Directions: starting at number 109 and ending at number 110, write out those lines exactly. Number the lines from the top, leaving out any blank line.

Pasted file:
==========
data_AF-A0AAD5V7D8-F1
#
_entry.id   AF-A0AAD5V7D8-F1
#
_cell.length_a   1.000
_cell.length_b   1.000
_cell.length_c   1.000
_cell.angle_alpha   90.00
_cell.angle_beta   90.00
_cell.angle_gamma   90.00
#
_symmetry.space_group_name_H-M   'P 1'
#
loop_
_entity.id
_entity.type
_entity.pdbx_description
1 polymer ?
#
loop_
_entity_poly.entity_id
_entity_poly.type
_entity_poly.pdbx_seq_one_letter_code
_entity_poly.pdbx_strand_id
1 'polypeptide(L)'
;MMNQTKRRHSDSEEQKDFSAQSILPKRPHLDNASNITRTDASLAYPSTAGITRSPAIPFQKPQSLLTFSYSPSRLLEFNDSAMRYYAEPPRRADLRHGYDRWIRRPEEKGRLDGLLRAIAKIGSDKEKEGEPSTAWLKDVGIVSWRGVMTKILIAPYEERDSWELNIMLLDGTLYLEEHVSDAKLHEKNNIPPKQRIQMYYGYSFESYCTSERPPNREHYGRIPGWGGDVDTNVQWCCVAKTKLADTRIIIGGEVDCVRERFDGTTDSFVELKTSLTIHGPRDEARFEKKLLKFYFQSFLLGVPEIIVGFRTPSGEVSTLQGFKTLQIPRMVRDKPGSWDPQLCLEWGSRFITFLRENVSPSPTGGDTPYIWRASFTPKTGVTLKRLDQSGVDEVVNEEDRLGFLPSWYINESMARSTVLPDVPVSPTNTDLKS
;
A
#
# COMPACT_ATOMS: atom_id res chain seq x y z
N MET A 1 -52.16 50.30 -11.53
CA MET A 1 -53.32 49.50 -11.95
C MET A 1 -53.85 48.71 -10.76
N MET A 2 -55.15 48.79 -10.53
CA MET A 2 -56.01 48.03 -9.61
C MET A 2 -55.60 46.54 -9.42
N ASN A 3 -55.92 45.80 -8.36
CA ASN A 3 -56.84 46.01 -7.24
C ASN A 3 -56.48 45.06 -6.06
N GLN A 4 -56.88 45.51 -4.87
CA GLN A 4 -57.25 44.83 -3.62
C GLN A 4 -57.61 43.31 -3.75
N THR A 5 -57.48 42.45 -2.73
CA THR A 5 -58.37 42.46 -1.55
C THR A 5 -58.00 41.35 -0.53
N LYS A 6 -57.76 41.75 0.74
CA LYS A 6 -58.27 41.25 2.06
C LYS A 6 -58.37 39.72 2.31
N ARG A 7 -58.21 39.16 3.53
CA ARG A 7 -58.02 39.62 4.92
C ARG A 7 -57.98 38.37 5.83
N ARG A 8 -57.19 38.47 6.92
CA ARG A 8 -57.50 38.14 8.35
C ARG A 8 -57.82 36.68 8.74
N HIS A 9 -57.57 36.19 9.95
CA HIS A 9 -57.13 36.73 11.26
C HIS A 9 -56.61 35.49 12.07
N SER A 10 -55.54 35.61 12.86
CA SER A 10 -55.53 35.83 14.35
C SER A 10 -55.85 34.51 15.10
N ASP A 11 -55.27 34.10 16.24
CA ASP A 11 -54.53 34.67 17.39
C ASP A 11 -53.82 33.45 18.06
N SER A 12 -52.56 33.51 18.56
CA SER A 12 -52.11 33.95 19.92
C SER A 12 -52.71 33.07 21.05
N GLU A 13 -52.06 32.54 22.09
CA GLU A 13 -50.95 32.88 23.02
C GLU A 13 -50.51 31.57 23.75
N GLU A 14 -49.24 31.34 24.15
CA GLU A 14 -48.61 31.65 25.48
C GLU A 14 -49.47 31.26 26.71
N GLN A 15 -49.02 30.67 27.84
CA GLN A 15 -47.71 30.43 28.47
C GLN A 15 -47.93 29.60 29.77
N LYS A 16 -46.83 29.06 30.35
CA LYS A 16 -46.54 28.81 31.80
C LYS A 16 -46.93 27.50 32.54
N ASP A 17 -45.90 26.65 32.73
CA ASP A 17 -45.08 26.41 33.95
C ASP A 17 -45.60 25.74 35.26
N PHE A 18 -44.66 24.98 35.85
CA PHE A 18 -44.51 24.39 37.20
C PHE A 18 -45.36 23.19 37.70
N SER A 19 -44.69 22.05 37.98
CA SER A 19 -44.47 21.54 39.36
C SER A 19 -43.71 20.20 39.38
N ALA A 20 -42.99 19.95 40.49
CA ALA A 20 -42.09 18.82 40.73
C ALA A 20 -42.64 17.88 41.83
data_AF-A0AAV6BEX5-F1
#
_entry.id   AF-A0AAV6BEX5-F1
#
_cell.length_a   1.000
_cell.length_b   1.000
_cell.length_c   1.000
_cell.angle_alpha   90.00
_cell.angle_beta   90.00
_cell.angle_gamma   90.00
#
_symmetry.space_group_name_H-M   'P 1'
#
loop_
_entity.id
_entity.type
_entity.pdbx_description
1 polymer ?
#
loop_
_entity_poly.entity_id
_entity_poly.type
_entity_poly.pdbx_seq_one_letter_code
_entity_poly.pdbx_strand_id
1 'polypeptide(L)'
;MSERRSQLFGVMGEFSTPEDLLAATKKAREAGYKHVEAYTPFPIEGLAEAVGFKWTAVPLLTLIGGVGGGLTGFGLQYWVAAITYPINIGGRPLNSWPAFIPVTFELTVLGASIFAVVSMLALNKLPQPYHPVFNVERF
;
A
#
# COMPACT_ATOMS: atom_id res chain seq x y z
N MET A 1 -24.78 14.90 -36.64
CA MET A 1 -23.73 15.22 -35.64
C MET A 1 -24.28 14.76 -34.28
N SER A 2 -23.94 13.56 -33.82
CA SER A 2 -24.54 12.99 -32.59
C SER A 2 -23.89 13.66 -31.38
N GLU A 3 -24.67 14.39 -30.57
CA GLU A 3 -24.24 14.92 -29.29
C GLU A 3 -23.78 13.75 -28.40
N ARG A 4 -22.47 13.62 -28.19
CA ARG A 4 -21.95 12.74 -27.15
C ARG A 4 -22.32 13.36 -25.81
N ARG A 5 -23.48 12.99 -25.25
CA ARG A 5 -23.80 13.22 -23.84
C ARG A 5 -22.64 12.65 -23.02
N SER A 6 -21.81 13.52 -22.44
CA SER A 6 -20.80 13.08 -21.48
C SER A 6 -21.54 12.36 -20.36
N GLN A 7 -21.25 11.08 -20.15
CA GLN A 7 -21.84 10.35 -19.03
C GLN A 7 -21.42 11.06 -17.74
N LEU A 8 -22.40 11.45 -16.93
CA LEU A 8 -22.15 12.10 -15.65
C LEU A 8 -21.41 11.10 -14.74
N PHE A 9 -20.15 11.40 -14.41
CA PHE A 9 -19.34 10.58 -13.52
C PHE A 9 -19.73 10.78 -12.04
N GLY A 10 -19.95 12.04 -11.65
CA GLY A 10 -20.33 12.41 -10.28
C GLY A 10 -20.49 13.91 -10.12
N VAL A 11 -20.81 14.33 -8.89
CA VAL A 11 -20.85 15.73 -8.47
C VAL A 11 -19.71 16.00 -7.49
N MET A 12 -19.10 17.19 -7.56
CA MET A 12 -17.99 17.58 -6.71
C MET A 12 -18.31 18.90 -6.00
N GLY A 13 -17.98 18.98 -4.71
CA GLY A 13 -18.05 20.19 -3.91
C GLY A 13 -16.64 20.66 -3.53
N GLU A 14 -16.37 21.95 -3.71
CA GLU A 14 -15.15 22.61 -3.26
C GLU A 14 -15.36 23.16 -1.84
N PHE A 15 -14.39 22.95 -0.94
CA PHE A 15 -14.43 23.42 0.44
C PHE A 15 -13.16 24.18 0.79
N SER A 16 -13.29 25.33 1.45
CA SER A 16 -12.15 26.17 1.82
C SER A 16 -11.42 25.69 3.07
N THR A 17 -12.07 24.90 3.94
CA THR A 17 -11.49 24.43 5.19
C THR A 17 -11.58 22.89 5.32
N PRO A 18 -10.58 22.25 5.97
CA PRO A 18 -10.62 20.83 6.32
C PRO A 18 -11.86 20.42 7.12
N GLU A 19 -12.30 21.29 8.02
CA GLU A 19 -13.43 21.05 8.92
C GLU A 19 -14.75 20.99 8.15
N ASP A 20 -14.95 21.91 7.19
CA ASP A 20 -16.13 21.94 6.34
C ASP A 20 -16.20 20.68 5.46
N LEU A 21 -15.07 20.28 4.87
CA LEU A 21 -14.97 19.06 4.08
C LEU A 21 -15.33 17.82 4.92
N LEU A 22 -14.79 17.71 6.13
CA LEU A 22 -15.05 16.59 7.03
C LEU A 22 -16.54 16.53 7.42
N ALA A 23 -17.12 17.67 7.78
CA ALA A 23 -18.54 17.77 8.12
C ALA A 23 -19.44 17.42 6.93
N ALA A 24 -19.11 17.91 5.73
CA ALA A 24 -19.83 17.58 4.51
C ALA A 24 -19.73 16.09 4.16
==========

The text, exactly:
#
loop_